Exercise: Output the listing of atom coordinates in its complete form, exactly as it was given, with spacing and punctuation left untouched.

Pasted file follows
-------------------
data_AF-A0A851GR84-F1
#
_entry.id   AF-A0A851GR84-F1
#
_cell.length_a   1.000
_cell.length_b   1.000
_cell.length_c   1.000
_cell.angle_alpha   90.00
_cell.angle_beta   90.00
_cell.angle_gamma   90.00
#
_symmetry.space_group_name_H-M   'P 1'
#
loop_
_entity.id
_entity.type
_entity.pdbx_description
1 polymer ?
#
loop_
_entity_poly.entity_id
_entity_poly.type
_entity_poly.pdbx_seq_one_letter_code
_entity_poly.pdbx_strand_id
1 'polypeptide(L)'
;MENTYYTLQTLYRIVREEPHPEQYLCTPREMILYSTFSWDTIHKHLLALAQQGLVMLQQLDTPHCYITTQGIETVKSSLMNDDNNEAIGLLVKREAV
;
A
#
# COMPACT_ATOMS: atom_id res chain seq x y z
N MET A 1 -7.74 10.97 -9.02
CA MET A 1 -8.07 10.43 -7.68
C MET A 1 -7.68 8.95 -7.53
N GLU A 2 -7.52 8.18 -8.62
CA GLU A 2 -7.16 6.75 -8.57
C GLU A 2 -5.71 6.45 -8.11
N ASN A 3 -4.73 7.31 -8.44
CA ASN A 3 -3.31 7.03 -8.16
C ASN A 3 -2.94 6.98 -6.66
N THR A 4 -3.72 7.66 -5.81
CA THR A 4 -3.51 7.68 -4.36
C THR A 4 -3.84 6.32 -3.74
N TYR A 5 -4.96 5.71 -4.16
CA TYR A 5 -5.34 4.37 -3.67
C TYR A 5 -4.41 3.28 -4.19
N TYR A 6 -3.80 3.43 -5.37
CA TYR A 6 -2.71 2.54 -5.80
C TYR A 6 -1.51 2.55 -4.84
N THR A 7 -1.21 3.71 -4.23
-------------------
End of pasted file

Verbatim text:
data_AF-A0A851GR84-F1
#
_entry.id   AF-A0A851GR84-F1
#
_cell.length_a   1.000
_cell.length_b   1.000
_cell.length_c   1.000
_cell.angle_alpha   90.00
_cell.angle_beta   90.00
_cell.angle_gamma   90.00
#
_symmetry.space_group_name_H-M   'P 1'
#
loop_
_entity.id
_entity.type
_entity.pdbx_description
1 polymer ?
#
loop_
_entity_poly.entity_id
_entity_poly.type
_entity_poly.pdbx_seq_one_letter_code
_entity_poly.pdbx_strand_id
1 'polypeptide(L)'
;MENTYYTLQTLYRIVREEPHPEQYLCTPREMILYSTFSWDTIHKHLLALAQQGLVMLQQLDTPHCYITTQGIETVKSSLMNDDNNEAIGLLVKREAV
;
A
#
# COMPACT_ATOMS: atom_id res chain seq x y z
N MET A 1 -7.74 10.97 -9.02
CA MET A 1 -8.07 10.43 -7.68
C MET A 1 -7.68 8.95 -7.53
N GLU A 2 -7.52 8.18 -8.62
CA GLU A 2 -7.16 6.75 -8.57
C GLU A 2 -5.71 6.45 -8.11
N ASN A 3 -4.73 7.31 -8.44
CA ASN A 3 -3.31 7.03 -8.16
C ASN A 3 -2.94 6.98 -6.66
N THR A 4 -3.72 7.66 -5.81
CA THR A 4 -3.51 7.68 -4.36
C THR A 4 -3.84 6.32 -3.74
N TYR A 5 -4.96 5.71 -4.16
CA TYR A 5 -5.34 4.37 -3.67
C TYR A 5 -4.41 3.28 -4.19
N TYR A 6 -3.80 3.43 -5.37
CA TYR A 6 -2.71 2.54 -5.80
C TYR A 6 -1.51 2.55 -4.84
N THR A 7 -1.21 3.71 -4.23